Incompatible base metal and filler metal combinationUse filler metals that are compatible with the base metal to ensure proper fusion and prevent cracking.
Insufficient weld reinforcement or improper joint designEnsure proper weld reinforcement and joint design to distribute stress evenly and avoid stress concentration points.
Inadequate weld quality control and inspectionImplement thorough weld quality control measures, including visual inspection, non-destructive testing, and adhering to relevant welding standards and procedures.

It’s important to note that the specific causes and remedies for weld cracks may vary depending on the welding process, materials being welded, and the specific application.

4. Incomplete Fusion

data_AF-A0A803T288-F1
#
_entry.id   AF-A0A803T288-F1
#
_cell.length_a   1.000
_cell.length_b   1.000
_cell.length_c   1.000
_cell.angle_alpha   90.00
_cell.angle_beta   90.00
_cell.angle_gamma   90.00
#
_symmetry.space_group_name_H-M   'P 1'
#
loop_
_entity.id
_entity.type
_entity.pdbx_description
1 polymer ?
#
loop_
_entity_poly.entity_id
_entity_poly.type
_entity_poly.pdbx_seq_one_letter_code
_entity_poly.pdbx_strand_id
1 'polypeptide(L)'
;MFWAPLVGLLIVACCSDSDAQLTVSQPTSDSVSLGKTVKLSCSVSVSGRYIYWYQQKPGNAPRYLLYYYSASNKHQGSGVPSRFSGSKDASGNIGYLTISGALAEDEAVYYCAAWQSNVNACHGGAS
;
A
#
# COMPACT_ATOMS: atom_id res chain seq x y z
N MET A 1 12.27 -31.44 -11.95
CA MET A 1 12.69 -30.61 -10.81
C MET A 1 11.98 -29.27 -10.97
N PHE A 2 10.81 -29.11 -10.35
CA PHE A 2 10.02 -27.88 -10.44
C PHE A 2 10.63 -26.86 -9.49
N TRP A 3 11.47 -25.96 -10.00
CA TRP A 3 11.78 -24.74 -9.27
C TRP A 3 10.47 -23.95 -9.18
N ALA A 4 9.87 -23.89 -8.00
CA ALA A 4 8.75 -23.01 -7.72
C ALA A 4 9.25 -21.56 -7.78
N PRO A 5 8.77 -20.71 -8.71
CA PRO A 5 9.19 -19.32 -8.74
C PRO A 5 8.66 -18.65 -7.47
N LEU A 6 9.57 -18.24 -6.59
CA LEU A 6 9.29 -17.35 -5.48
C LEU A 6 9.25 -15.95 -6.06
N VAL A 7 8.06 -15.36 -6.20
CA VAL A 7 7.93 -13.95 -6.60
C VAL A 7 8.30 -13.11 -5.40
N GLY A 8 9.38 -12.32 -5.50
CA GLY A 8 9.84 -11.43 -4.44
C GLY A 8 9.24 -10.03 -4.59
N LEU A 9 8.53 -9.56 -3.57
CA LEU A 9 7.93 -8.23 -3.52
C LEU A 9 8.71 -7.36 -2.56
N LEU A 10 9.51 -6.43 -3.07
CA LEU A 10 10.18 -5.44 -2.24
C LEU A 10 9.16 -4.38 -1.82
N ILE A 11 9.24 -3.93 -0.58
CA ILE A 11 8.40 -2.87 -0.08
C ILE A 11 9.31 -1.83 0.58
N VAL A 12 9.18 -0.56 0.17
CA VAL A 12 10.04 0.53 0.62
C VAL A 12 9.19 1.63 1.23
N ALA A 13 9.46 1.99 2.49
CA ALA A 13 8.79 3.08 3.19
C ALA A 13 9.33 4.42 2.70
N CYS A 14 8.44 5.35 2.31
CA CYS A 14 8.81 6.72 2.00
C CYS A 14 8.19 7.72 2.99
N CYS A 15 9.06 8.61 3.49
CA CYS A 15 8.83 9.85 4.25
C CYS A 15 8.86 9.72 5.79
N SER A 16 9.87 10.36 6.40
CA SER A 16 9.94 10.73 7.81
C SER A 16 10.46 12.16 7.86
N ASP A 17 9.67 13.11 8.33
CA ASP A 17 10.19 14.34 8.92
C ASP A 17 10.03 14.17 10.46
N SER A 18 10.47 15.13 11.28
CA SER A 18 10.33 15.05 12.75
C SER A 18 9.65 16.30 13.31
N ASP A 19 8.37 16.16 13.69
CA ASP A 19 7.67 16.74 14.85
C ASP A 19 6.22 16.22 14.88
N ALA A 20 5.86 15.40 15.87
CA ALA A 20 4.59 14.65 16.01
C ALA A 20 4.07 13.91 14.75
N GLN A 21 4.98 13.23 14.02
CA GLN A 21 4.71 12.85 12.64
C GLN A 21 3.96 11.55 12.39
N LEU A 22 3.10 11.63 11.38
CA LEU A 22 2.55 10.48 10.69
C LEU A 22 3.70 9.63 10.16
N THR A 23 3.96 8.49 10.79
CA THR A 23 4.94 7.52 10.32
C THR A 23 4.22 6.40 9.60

Incomplete fusion in welding

Incomplete fusion, also known as lack of fusion, refers to a welding defect where there is inadequate bonding or fusion between the weld metal and the base metal or between different layers of the weld. In an ideal weld, the molten filler metal should fuse completely with the base metal, creating a sound and continuous joint.

Causes of Incomplete FusionRemedies for Incomplete Fusion
Insufficient heat inputIncrease heat input by adjusting the welding parameters, such as increasing the welding current or slowing down the travel speed. Ensure proper preheating of the base metal if required.
Incorrect electrode positioningMaintain proper electrode angle and alignment to ensure adequate contact with both the base metal and the weld metal. Use appropriate welding techniques to ensure proper fusion.
Improper joint preparationEnsure proper cleaning and preparation of the joint surfaces. Remove any contaminants or oxide layers that may hinder fusion. Use appropriate bevel angles and edge preparations for the joint.
Inadequate interpass temperatureMaintain proper interpass temperature during multi-pass welding. Use preheating or post-heating methods to ensure sufficient heat between passes for proper fusion.